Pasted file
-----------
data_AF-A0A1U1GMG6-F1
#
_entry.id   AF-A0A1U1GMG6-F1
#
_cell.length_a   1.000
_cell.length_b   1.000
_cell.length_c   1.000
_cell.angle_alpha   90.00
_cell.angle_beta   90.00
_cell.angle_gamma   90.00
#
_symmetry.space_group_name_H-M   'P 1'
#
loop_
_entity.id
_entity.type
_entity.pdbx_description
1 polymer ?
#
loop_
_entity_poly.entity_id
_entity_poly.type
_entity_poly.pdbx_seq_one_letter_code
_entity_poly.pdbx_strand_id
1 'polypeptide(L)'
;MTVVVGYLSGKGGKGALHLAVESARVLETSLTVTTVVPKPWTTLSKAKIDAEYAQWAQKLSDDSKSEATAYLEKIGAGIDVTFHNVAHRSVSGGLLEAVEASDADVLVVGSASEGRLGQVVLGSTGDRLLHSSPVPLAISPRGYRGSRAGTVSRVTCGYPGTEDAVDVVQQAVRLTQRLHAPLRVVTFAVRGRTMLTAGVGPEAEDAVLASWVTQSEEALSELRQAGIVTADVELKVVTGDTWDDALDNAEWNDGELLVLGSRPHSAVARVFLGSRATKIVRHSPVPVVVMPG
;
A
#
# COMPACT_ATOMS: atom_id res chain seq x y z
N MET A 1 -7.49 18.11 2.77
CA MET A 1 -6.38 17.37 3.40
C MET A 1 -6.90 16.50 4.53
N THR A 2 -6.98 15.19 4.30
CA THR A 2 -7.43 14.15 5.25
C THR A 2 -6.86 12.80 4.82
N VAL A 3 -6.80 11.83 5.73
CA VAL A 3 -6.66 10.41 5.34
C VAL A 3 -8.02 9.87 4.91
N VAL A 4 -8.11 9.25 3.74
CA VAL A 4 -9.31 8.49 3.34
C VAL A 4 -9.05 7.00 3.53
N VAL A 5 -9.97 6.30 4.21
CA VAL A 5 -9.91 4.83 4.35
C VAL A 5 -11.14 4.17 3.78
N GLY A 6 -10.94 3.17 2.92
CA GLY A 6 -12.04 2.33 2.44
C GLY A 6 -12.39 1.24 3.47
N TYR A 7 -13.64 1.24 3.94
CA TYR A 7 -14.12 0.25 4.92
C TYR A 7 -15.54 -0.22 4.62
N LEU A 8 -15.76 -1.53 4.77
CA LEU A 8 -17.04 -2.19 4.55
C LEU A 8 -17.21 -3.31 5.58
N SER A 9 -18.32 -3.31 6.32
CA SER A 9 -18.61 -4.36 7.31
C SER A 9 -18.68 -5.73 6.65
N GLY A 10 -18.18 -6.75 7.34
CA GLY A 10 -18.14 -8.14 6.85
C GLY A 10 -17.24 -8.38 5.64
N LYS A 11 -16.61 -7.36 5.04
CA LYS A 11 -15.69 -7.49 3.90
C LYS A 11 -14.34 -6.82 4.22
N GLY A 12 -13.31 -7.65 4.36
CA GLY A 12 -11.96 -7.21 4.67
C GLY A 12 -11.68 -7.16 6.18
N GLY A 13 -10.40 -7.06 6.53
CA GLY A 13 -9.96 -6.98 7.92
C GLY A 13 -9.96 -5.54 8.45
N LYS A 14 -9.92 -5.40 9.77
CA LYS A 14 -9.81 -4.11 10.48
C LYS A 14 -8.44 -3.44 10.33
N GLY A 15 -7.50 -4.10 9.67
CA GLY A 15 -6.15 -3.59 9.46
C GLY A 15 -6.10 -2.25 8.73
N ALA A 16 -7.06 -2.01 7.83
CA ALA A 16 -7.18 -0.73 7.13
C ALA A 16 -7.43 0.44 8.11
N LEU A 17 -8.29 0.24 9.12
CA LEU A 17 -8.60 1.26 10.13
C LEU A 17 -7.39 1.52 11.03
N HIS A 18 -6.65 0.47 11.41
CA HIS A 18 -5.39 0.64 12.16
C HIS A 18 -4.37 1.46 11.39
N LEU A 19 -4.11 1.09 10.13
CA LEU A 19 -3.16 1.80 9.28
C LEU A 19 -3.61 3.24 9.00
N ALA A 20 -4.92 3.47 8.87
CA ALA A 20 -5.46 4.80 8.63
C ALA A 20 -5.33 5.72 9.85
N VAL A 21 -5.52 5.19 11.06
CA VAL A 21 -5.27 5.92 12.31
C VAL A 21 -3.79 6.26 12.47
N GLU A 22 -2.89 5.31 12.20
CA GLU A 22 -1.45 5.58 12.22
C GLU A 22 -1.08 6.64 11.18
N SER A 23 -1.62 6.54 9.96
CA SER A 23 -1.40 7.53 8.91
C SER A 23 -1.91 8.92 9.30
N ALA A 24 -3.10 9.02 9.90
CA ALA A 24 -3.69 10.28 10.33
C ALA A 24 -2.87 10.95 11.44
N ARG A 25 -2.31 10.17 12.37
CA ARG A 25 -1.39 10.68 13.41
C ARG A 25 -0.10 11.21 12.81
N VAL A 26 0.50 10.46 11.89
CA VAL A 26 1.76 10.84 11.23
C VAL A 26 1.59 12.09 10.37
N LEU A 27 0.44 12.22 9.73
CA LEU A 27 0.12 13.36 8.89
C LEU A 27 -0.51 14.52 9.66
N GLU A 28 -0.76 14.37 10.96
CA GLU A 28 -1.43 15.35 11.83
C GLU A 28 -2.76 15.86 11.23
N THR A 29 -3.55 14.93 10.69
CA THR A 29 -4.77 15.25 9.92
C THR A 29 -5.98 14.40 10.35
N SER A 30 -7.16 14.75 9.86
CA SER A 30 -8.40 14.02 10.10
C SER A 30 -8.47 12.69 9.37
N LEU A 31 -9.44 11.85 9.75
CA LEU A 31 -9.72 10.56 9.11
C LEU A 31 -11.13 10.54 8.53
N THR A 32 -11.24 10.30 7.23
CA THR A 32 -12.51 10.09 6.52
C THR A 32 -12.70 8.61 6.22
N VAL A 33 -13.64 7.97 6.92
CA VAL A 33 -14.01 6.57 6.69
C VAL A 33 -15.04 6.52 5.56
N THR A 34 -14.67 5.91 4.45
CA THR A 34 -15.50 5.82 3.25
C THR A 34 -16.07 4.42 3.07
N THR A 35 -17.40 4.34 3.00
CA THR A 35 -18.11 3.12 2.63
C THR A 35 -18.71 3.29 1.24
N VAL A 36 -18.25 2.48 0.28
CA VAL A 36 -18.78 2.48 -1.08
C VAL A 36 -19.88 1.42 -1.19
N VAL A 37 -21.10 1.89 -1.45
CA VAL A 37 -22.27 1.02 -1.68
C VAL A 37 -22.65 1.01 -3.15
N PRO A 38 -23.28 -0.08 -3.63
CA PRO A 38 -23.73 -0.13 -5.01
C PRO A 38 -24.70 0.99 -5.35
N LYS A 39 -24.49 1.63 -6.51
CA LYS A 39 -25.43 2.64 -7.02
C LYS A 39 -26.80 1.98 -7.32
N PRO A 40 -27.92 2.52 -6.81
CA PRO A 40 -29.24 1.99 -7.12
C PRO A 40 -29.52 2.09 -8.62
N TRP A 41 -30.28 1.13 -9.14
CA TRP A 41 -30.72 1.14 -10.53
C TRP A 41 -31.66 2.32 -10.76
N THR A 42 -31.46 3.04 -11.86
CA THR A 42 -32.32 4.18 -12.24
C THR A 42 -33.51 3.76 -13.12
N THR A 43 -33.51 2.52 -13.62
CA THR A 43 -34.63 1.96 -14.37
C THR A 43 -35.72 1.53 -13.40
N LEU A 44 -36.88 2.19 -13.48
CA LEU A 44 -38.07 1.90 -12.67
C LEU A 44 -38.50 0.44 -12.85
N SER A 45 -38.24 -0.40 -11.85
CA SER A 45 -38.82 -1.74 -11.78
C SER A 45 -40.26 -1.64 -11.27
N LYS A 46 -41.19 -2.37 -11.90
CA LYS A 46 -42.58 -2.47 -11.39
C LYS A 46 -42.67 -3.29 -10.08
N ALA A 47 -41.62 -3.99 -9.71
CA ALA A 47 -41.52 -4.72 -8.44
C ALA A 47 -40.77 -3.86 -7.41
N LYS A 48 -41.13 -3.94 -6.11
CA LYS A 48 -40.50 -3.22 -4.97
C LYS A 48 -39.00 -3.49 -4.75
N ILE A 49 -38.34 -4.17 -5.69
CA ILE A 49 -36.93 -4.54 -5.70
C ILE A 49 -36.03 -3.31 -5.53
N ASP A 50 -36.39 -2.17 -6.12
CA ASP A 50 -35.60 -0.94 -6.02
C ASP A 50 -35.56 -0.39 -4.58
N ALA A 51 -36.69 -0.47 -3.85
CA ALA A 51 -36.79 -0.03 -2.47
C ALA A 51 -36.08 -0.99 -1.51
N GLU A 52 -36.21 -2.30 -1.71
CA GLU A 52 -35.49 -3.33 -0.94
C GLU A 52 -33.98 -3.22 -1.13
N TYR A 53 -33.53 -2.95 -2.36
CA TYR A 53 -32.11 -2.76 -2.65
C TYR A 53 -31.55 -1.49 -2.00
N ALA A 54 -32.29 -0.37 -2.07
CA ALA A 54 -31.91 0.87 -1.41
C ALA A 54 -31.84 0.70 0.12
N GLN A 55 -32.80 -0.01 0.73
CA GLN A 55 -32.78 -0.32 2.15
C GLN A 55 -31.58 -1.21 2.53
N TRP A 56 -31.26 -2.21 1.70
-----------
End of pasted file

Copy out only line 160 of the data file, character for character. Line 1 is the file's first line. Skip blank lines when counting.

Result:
N LEU A 44 -36.88 2.19 -13.48